Character (6/10)
The characters also seemed promising at first, also feeling as if they would be relatively realistic depictions of real people, but even this turned out otherwise. Some aspects of the characters were done well; the focus on the characters' personal life problems gave them more depth, but this wasn't handled so well in the end either, since there were certain issues that weren't properly addressed and simply brushed off. Shun and Mio are supposed to be around 20 for most of the story, but they behave disproportionately childlike and feel a lot more like a couple of awkward, developing teenagers rather than actual adults. The strange behaviour of the characters is further emphasized when Sakurako comes into play. Not only is Sakurako's behaviour questionable, but the things Mio ends up doing during that part of the story are even more unrealistic and disorienting. The characters ended up feeling very disconnected from reality and unfortunately did not serve to depict anything close to real people or the way real people behave.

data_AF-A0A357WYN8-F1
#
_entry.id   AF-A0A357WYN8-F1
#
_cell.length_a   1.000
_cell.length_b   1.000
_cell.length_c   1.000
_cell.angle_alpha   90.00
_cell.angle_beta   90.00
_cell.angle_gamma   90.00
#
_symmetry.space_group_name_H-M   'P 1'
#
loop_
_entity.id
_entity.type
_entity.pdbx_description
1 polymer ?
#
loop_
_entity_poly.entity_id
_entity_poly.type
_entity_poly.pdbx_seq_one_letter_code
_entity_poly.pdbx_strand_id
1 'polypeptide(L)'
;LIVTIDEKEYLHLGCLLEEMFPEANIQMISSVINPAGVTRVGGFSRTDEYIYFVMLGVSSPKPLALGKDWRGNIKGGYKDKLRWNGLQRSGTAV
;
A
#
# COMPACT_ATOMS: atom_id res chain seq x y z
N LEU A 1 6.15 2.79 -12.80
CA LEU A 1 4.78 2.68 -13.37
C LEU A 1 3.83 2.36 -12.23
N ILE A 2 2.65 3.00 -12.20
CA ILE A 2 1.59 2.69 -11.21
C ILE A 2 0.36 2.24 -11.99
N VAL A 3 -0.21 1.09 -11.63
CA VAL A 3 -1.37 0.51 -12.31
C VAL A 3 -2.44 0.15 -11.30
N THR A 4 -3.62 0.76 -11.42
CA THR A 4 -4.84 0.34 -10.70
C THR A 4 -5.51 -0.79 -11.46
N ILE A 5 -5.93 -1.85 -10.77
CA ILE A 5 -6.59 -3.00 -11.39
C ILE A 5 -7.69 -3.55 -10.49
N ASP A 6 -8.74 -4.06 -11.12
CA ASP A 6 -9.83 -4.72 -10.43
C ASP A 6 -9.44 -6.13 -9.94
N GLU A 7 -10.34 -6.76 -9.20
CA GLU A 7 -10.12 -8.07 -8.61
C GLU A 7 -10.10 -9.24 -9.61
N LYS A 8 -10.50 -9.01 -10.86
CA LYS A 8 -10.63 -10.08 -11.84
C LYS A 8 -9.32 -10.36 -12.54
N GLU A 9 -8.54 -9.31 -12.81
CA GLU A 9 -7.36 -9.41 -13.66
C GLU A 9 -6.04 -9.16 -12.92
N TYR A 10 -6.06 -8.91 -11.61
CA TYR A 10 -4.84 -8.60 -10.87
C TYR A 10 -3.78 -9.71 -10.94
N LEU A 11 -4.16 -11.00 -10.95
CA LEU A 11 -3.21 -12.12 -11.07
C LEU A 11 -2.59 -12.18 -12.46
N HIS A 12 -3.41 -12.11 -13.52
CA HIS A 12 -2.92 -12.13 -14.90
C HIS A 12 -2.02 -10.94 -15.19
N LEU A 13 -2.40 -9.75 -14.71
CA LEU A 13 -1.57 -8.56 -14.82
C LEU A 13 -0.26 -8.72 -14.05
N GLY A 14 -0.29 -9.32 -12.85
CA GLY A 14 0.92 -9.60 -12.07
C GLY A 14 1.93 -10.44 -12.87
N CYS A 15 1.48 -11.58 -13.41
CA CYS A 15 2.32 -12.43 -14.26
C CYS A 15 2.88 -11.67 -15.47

Art (9/10)
I think the art actually helps to draw the attention of the reader away from the rather lackluster writing, making the work feel much more emotionally engaging. The art has a warm, organic feel to it, and resembles the art style of KyoAni works while also giving off a slight Ghibli vibe. It's especially expressive and does a good job at evoking various emotions in the reader, which is why readers may miss major flaws and many little shortcomings of the story. If the writing was as good as the art, "Umibe no Étranger" could have been almost a masterpiece.